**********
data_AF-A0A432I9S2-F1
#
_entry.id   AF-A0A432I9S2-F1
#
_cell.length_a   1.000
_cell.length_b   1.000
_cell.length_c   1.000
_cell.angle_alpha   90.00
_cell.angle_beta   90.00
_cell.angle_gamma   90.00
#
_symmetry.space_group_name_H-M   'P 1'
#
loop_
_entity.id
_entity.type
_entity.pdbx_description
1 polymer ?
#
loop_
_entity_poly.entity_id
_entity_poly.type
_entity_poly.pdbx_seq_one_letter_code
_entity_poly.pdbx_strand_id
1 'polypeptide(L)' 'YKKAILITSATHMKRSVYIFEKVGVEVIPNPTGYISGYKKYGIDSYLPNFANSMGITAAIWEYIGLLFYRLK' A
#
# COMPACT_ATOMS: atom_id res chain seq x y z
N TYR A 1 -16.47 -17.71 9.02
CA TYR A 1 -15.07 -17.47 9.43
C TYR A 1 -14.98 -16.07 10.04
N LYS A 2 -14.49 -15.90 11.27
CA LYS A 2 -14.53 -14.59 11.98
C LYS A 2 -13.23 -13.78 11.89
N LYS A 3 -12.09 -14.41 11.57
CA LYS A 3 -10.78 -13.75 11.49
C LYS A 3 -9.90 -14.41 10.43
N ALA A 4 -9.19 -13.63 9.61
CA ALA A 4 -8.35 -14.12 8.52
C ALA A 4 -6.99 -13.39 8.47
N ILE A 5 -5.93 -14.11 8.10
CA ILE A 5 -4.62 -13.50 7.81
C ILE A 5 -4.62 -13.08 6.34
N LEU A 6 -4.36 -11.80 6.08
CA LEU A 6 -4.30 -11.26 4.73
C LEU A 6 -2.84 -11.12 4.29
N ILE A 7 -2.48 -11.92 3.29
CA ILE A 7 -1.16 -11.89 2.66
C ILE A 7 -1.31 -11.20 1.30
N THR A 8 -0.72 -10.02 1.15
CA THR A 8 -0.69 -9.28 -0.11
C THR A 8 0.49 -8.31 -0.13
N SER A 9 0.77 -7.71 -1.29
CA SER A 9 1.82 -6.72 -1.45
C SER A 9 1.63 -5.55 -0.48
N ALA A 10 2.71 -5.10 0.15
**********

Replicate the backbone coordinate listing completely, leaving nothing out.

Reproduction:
data_AF-A0A432I9S2-F1
#
_entry.id   AF-A0A432I9S2-F1
#
_cell.length_a   1.000
_cell.length_b   1.000
_cell.length_c   1.000
_cell.angle_alpha   90.00
_cell.angle_beta   90.00
_cell.angle_gamma   90.00
#
_symmetry.space_group_name_H-M   'P 1'
#
loop_
_entity.id
_entity.type
_entity.pdbx_description
1 polymer ?
#
loop_
_entity_poly.entity_id
_entity_poly.type
_entity_poly.pdbx_seq_one_letter_code
_entity_poly.pdbx_strand_id
1 'polypeptide(L)' 'YKKAILITSATHMKRSVYIFEKVGVEVIPNPTGYISGYKKYGIDSYLPNFANSMGITAAIWEYIGLLFYRLK' A
#
# COMPACT_ATOMS: atom_id res chain seq x y z
N TYR A 1 -16.47 -17.71 9.02
CA TYR A 1 -15.07 -17.47 9.43
C TYR A 1 -14.98 -16.07 10.04
N LYS A 2 -14.49 -15.90 11.27
CA LYS A 2 -14.53 -14.59 11.98
C LYS A 2 -13.23 -13.78 11.89
N LYS A 3 -12.09 -14.41 11.57
CA LYS A 3 -10.78 -13.75 11.49
C LYS A 3 -9.90 -14.41 10.43
N ALA A 4 -9.19 -13.63 9.61
CA ALA A 4 -8.35 -14.12 8.52
C ALA A 4 -6.99 -13.39 8.47
N ILE A 5 -5.93 -14.11 8.10
CA ILE A 5 -4.62 -13.50 7.81
C ILE A 5 -4.62 -13.08 6.34
N LEU A 6 -4.36 -11.80 6.08
CA LEU A 6 -4.30 -11.26 4.73
C LEU A 6 -2.84 -11.12 4.29
N ILE A 7 -2.48 -11.92 3.29
CA ILE A 7 -1.16 -11.89 2.66
C ILE A 7 -1.31 -11.20 1.30
N THR A 8 -0.72 -10.02 1.15
CA THR A 8 -0.69 -9.28 -0.11
C THR A 8 0.49 -8.31 -0.13
N SER A 9 0.77 -7.71 -1.29
CA SER A 9 1.82 -6.72 -1.45
C SER A 9 1.63 -5.55 -0.48
N ALA A 10 2.71 -5.10 0.15